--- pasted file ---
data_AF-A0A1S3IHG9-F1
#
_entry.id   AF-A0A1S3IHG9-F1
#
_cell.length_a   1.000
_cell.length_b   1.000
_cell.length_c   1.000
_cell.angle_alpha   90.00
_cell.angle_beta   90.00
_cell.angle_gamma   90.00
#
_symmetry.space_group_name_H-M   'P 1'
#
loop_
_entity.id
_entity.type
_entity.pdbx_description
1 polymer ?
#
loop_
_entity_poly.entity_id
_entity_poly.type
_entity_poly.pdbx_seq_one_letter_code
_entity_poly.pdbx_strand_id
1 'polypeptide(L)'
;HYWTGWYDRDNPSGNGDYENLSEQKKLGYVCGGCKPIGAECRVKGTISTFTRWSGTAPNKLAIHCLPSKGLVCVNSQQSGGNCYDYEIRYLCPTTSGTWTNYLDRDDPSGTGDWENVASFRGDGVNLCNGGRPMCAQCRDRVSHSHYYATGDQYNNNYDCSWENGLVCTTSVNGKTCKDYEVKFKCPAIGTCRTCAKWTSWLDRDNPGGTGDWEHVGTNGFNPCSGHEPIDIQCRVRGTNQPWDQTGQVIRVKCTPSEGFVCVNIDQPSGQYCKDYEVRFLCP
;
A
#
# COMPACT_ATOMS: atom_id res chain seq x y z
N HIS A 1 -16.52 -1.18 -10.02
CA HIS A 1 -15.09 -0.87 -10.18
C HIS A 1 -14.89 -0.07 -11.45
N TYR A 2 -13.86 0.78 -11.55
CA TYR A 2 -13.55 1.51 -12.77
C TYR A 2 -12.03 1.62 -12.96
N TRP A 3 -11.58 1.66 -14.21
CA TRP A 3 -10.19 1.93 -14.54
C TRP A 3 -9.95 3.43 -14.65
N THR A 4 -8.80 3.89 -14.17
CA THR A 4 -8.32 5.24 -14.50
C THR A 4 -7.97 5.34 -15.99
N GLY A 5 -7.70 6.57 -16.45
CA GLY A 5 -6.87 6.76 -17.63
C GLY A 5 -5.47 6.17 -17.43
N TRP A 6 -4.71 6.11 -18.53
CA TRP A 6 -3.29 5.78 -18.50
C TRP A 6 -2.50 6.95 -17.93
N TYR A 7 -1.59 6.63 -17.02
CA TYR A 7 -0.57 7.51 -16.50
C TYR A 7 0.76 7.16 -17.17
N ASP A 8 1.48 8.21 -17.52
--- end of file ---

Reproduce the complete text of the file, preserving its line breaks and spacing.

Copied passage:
data_AF-A0A1S3IHG9-F1
#
_entry.id   AF-A0A1S3IHG9-F1
#
_cell.length_a   1.000
_cell.length_b   1.000
_cell.length_c   1.000
_cell.angle_alpha   90.00
_cell.angle_beta   90.00
_cell.angle_gamma   90.00
#
_symmetry.space_group_name_H-M   'P 1'
#
loop_
_entity.id
_entity.type
_entity.pdbx_description
1 polymer ?
#
loop_
_entity_poly.entity_id
_entity_poly.type
_entity_poly.pdbx_seq_one_letter_code
_entity_poly.pdbx_strand_id
1 'polypeptide(L)'
;HYWTGWYDRDNPSGNGDYENLSEQKKLGYVCGGCKPIGAECRVKGTISTFTRWSGTAPNKLAIHCLPSKGLVCVNSQQSGGNCYDYEIRYLCPTTSGTWTNYLDRDDPSGTGDWENVASFRGDGVNLCNGGRPMCAQCRDRVSHSHYYATGDQYNNNYDCSWENGLVCTTSVNGKTCKDYEVKFKCPAIGTCRTCAKWTSWLDRDNPGGTGDWEHVGTNGFNPCSGHEPIDIQCRVRGTNQPWDQTGQVIRVKCTPSEGFVCVNIDQPSGQYCKDYEVRFLCP
;
A
#
# COMPACT_ATOMS: atom_id res chain seq x y z
N HIS A 1 -16.52 -1.18 -10.02
CA HIS A 1 -15.09 -0.87 -10.18
C HIS A 1 -14.89 -0.07 -11.45
N TYR A 2 -13.86 0.78 -11.55
CA TYR A 2 -13.55 1.51 -12.77
C TYR A 2 -12.03 1.62 -12.96
N TRP A 3 -11.58 1.66 -14.21
CA TRP A 3 -10.19 1.93 -14.54
C TRP A 3 -9.95 3.43 -14.65
N THR A 4 -8.80 3.89 -14.17
CA THR A 4 -8.32 5.24 -14.50
C THR A 4 -7.97 5.34 -15.99
N GLY A 5 -7.70 6.57 -16.45
CA GLY A 5 -6.87 6.76 -17.63
C GLY A 5 -5.47 6.17 -17.43
N TRP A 6 -4.71 6.11 -18.53
CA TRP A 6 -3.29 5.78 -18.50
C TRP A 6 -2.50 6.95 -17.93
N TYR A 7 -1.59 6.63 -17.02
CA TYR A 7 -0.57 7.51 -16.50
C TYR A 7 0.76 7.16 -17.17
N ASP A 8 1.48 8.21 -17.52